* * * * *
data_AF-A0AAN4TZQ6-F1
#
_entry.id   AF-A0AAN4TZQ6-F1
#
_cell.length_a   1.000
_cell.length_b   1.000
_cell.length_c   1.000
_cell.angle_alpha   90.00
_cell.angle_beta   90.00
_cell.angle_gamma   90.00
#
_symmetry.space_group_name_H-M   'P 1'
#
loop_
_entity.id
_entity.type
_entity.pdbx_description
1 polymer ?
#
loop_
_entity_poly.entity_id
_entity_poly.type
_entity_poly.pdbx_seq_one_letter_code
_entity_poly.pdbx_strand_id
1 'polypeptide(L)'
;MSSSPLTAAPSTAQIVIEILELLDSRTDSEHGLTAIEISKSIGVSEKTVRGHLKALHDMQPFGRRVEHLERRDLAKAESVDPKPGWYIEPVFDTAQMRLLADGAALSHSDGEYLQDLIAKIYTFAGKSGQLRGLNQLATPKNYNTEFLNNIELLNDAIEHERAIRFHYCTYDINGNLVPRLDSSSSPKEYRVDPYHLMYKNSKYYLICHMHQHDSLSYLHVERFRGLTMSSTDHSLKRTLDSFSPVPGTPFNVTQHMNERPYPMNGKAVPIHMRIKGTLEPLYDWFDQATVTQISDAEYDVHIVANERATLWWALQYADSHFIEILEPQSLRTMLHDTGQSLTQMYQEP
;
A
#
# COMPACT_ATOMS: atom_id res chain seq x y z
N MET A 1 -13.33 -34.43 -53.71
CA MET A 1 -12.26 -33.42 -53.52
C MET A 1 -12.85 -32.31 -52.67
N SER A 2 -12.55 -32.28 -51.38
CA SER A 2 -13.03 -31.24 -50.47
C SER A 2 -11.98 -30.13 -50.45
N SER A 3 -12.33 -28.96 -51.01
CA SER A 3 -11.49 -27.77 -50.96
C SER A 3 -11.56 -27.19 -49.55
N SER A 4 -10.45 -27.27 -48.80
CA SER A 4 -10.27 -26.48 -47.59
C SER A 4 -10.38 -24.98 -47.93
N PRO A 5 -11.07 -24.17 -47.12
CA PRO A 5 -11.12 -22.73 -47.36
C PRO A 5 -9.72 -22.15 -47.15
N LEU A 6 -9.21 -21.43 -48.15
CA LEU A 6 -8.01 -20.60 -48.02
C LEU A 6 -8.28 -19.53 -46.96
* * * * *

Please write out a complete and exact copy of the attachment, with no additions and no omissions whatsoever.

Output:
data_AF-A0AAN4TZQ6-F1
#
_entry.id   AF-A0AAN4TZQ6-F1
#
_cell.length_a   1.000
_cell.length_b   1.000
_cell.length_c   1.000
_cell.angle_alpha   90.00
_cell.angle_beta   90.00
_cell.angle_gamma   90.00
#
_symmetry.space_group_name_H-M   'P 1'
#
loop_
_entity.id
_entity.type
_entity.pdbx_description
1 polymer ?
#
loop_
_entity_poly.entity_id
_entity_poly.type
_entity_poly.pdbx_seq_one_letter_code
_entity_poly.pdbx_strand_id
1 'polypeptide(L)'
;MSSSPLTAAPSTAQIVIEILELLDSRTDSEHGLTAIEISKSIGVSEKTVRGHLKALHDMQPFGRRVEHLERRDLAKAESVDPKPGWYIEPVFDTAQMRLLADGAALSHSDGEYLQDLIAKIYTFAGKSGQLRGLNQLATPKNYNTEFLNNIELLNDAIEHERAIRFHYCTYDINGNLVPRLDSSSSPKEYRVDPYHLMYKNSKYYLICHMHQHDSLSYLHVERFRGLTMSSTDHSLKRTLDSFSPVPGTPFNVTQHMNERPYPMNGKAVPIHMRIKGTLEPLYDWFDQATVTQISDAEYDVHIVANERATLWWALQYADSHFIEILEPQSLRTMLHDTGQSLTQMYQEP
;
A
#
# COMPACT_ATOMS: atom_id res chain seq x y z
N MET A 1 -13.33 -34.43 -53.71
CA MET A 1 -12.26 -33.42 -53.52
C MET A 1 -12.85 -32.31 -52.67
N SER A 2 -12.55 -32.28 -51.38
CA SER A 2 -13.03 -31.24 -50.47
C SER A 2 -11.98 -30.13 -50.45
N SER A 3 -12.33 -28.96 -51.01
CA SER A 3 -11.49 -27.77 -50.96
C SER A 3 -11.56 -27.19 -49.55
N SER A 4 -10.45 -27.27 -48.80
CA SER A 4 -10.27 -26.48 -47.59
C SER A 4 -10.38 -24.98 -47.93
N PRO A 5 -11.07 -24.17 -47.12
CA PRO A 5 -11.12 -22.73 -47.36
C PRO A 5 -9.72 -22.15 -47.15
N LEU A 6 -9.21 -21.43 -48.15
CA LEU A 6 -8.01 -20.60 -48.02
C LEU A 6 -8.28 -19.53 -46.96